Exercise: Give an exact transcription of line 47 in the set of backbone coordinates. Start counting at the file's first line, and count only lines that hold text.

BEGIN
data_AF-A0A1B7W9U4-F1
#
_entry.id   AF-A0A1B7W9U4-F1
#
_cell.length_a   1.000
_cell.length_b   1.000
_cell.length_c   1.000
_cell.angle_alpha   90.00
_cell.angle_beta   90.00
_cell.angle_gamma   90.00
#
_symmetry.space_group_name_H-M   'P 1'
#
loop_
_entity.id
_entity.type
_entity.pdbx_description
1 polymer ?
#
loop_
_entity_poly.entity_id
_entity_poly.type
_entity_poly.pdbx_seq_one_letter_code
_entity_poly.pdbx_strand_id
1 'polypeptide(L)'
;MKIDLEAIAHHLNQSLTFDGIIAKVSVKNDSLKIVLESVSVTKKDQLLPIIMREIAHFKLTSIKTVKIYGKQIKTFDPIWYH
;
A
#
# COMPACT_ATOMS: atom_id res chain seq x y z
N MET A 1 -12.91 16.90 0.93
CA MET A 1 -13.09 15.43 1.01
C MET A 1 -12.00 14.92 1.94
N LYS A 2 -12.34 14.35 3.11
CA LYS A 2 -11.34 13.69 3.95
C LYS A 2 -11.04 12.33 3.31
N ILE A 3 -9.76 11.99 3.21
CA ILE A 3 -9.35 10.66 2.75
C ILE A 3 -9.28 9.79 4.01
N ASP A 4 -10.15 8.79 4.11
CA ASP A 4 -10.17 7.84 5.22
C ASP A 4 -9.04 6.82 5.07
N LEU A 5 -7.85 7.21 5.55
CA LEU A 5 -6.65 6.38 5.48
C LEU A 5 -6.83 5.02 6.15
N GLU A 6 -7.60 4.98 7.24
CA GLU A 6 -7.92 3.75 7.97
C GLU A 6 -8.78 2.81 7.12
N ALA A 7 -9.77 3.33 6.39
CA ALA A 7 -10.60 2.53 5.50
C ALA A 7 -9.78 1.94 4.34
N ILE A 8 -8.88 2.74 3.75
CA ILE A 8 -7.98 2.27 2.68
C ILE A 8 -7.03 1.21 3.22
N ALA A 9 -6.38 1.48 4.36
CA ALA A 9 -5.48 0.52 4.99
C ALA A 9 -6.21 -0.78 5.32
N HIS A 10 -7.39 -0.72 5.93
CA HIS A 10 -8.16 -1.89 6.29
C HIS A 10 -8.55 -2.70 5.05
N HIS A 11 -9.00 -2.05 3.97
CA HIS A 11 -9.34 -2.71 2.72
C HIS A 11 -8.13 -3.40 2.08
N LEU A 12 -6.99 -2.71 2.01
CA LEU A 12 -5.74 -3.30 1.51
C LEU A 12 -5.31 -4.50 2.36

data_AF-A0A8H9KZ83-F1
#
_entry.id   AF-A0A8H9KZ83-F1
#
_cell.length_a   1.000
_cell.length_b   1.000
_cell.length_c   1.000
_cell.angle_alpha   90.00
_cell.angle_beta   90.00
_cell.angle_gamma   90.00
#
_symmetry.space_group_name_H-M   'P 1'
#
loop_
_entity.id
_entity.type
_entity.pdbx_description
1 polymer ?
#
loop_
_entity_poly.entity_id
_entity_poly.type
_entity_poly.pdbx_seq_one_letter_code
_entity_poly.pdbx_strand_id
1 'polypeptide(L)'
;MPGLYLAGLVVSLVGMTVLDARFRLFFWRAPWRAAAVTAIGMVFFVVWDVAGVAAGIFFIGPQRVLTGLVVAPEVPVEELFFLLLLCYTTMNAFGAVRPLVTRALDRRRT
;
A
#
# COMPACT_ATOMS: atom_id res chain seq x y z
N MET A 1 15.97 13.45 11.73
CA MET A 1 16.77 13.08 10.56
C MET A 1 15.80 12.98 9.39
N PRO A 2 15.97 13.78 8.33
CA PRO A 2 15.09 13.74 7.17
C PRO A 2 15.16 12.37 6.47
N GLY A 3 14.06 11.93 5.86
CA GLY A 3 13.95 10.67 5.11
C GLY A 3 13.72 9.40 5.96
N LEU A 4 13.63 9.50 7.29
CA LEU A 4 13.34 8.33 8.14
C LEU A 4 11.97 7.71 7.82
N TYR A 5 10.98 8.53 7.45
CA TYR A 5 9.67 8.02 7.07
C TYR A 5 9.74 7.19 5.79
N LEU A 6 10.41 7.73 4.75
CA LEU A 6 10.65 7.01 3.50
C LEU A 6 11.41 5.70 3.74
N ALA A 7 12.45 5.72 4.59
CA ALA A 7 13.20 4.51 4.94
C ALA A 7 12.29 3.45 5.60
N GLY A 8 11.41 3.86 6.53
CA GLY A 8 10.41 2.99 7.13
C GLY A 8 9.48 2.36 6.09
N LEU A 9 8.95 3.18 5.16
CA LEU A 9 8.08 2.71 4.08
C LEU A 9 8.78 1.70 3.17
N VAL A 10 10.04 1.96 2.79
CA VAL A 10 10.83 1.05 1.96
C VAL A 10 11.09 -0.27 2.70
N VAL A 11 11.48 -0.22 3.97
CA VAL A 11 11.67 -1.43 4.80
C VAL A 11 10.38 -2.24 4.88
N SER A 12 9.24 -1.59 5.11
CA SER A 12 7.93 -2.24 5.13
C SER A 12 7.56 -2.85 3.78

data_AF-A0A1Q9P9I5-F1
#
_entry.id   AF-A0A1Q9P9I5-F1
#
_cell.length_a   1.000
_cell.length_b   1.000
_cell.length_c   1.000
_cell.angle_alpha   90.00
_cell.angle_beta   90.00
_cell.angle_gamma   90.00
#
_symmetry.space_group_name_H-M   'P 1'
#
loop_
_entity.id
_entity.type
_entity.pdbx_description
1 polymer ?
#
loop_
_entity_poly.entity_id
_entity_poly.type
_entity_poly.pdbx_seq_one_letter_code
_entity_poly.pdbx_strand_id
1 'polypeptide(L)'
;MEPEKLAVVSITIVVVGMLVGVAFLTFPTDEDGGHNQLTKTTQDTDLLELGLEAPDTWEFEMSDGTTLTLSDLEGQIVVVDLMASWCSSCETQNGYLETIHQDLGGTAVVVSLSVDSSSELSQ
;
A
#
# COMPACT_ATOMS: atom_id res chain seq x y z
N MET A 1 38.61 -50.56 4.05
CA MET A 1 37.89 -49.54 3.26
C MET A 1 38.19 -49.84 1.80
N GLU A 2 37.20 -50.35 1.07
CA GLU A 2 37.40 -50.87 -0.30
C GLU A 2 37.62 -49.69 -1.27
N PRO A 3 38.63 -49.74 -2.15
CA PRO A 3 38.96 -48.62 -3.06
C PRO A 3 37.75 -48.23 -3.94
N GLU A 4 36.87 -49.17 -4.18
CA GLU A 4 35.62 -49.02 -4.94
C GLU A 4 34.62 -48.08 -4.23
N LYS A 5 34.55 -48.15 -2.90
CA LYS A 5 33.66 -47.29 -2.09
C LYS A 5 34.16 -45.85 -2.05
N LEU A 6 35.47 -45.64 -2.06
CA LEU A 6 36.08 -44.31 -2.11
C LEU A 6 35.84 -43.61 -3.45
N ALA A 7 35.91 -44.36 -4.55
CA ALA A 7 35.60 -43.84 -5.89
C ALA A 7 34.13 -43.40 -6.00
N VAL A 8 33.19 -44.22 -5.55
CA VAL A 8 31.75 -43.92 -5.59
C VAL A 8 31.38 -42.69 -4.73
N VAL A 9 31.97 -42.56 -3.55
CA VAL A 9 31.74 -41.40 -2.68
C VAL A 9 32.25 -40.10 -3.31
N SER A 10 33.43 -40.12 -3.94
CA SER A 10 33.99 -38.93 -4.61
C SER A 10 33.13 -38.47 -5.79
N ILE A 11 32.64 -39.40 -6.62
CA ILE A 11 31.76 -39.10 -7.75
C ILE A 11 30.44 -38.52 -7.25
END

CA GLU A 6 -7.92 3.75 7.97